Wednesday, April 30, 2014
Life at Grady: Hepatitis, See?
My dear, dear friend and (award-winning) Grady doctor, LM, focuses her practice on patients with Hepatitis C. And let me just share a few things about Hepatitis C.
• Hepatitis C is a smooth criminal. It does its damage slowly . . .kind of like the way termites do. And the same way folks don’t realize they have termites until all hell is breaking loose or they get swarmed is the same way Hep C sneaks up. Stealthy, I tell you.
• Some crazy number of people in the U.S. has Hepatitis C. Crazy meaning nearly 3.2 million according to the CDC. And because it’s such a ninja, people don’t feel sick so they don’t know they even have it. In fact, most are shocked to hear they have it.
• African-Americans are disproportionately affected by Hepatitis C, and also are more likely to have the genotype that is harder to treat.
Here’s what’s cool about what Lesley and others do in the Liver Clinic: First of all, Lesley isn’t a hepatologist or to put it in layman’s terms, a “liver specialist.” Quite the contrary, actually. Lesley is a general internist (like me) who saw a need for patients that wasn’t being met. She has since devoted her time and career to assisting patients with learning about Hepatitis C and especially navigating the often tricky task of getting the expensive treatment. Lesley gets with all sorts of people with resources and helps make these available to our patients. She then manages and directs all aspects of their care surrounding Hepatitis C, which takes a tremendous amount of effort, work, and attention to detail.
When you think about the ways that people get Hepatitis C, you realize how awesome it is for our patients to have her there. A lot of people with Hep C have led some hard lives. Some acquired it through injecting IV drugs or getting crude tattoos in jail. Others may have been transfused or come in contact with bodily fluids at some point. And, sure, there are a significant number of people who did none of those things and have no idea how they got it. But where we work, lots of people who are seen for this have some kind of story. I like knowing that they can get the treatment they need and deserve without having to get judged at the same time.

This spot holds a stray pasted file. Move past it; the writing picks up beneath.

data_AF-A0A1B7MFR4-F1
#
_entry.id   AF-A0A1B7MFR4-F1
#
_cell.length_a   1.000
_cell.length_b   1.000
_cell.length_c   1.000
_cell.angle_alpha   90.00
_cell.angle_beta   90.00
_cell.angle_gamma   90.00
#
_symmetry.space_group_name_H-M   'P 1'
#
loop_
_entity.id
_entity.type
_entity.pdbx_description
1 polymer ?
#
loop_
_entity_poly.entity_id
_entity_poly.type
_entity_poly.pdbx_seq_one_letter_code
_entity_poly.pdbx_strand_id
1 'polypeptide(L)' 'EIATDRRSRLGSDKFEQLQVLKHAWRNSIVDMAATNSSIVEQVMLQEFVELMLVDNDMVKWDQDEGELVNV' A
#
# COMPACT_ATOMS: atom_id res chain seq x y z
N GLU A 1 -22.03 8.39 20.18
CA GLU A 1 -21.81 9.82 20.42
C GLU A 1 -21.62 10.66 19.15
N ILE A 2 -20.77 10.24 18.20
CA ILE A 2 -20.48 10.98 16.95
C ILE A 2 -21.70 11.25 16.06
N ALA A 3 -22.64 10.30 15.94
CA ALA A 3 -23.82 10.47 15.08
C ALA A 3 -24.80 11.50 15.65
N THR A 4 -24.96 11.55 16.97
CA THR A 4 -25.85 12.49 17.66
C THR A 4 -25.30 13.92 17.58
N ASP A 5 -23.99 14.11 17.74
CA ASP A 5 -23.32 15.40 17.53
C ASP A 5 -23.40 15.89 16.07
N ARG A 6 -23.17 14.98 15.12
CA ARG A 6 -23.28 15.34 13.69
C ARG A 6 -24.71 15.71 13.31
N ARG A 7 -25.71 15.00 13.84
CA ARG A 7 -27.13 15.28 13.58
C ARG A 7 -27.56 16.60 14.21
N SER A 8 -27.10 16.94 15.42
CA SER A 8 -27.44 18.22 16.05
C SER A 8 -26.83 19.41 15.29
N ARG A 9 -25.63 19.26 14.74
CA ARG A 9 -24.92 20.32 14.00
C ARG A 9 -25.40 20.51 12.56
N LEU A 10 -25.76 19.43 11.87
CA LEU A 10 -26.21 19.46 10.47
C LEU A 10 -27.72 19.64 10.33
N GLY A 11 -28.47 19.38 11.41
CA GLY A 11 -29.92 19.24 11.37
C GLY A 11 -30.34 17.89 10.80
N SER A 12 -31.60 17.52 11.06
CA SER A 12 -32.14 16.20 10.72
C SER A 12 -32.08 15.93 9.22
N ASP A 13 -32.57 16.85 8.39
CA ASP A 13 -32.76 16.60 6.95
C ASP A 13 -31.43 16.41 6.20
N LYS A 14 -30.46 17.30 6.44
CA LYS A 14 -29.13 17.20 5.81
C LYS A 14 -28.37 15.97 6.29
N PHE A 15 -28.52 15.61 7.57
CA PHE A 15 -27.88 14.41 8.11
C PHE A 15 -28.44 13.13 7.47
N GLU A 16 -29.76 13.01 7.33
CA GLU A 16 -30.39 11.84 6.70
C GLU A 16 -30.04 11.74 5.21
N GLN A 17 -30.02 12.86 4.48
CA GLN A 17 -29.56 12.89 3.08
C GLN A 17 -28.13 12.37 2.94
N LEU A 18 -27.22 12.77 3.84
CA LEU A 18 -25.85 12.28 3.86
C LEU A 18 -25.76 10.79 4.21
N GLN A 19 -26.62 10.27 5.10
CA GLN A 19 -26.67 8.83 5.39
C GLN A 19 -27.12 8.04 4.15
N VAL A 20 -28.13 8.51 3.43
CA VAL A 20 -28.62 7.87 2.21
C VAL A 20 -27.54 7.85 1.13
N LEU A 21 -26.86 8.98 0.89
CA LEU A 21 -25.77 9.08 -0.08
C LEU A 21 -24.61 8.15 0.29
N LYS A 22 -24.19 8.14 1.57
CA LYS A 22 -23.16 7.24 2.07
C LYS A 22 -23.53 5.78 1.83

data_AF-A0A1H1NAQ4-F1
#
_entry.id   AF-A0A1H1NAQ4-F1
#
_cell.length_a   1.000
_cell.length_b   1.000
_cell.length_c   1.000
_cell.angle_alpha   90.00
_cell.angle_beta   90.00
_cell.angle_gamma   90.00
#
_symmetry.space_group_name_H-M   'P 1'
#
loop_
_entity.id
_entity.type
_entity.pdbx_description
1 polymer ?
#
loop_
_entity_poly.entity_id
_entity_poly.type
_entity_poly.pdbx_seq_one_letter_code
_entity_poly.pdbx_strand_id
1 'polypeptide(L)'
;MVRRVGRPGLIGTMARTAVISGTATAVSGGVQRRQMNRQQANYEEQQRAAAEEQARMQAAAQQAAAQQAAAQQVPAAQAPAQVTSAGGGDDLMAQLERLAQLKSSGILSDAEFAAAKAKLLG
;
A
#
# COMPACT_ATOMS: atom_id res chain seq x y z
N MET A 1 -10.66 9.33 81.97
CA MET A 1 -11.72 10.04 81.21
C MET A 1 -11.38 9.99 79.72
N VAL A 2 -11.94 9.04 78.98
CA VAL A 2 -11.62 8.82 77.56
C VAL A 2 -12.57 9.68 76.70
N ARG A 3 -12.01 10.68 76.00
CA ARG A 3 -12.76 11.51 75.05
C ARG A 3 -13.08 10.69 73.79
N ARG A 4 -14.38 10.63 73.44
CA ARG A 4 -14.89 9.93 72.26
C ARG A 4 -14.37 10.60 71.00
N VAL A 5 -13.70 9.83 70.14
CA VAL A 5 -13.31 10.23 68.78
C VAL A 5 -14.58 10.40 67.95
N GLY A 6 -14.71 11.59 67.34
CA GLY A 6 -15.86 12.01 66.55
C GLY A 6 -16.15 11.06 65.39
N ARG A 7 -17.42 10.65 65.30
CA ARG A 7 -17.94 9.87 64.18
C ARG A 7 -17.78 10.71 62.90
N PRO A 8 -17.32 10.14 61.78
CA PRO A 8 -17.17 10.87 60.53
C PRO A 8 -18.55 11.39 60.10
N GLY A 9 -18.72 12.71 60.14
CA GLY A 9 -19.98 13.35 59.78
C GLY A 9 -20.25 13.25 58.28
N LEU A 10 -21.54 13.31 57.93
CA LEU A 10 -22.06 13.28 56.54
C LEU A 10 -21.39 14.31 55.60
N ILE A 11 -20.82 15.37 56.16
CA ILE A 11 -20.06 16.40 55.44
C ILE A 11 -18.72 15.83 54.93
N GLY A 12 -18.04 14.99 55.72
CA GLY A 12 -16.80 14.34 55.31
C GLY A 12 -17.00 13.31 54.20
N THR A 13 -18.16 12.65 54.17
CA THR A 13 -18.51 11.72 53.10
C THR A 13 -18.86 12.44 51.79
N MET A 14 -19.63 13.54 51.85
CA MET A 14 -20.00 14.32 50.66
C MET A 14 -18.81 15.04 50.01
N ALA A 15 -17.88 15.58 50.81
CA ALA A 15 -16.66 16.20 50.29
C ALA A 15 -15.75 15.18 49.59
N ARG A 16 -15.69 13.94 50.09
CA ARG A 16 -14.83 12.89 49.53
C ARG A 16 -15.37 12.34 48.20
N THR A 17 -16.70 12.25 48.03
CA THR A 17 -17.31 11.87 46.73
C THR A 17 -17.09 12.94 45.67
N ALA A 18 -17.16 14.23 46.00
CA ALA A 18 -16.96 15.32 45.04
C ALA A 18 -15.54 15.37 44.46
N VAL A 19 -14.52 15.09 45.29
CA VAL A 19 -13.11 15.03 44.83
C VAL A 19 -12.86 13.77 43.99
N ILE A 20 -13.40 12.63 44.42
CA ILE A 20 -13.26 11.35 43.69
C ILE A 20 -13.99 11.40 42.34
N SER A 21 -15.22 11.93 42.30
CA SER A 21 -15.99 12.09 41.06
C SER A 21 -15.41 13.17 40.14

The Liver Lady also teaches the residents, faculty and students about Hep C. I’d go so far as to say that, thanks to her, we are ALL more aware of the need to test patients for Hepatitis C at Grady—and even better, we get them treatment. It’s so different than it was when I first started here. We’d try to send our patients with Hep C to our gastroenterologists who were already overwhelmed with multiple other GI issues in our patient population. That, combined with the expense of getting folks treated, meant that people fell between the cracks if they had no insurance (which our patients rarely have.) This woman has, literally, changed the lives of countless people by watching the blind side for folks who don’t see cirrhosis coming to tackle them head on. That’s what I’m talking about.
So recently, the CDC put out these videos on the “Faces of Hepatitis.” Dr. M. was featured in this video that just saw for the first time Thursday. My friend and fellow Grady doctor, LM, talking about treating patients with Hepatitis C. Oh, and if she looks like an amazingly kind and sweet human being? It’s only because she is. I kind of teared up when I watched this—and refuse to watch it again because I’m certain I will full-on cry if I do.
You know why?
First of all, because she is my friend and I respect, love and am proud of her. And second of all because she shows a side of Grady hospital that people don’t often see. Many think of what we aren’t doing right or feel skeeved out by some of our patients or even imagine it as only a place for trauma. But see, it isn’t. It’s a place that has people like Dr. M, a woman so accomplished that upon graduating from residency she was awarded the “Best Resident” title. This means she could be anywhere in the world—including a marble building with slick floors and insured patients—but she has chosen to be here. Yes, she has.
This is the Grady I know. And I’m proud to be working shoulder-to-shoulder with people like the Liver Lady.
Damn, I love this place.
Kimberly Manning, MD, FACP, FAAP is an associate professor of medicine at Emory University School of Medicine in Atlanta, Georgia where she teaches medical students and residents at Grady Hospital. This post is adapted from Reflections of a Grady Doctor, Dr. Manning’s blog about teaching, learning, caring and growing in medicine and life. It has been adapted and reprinted with permission. Identifying information has been changed to protect individuals’ privacy.
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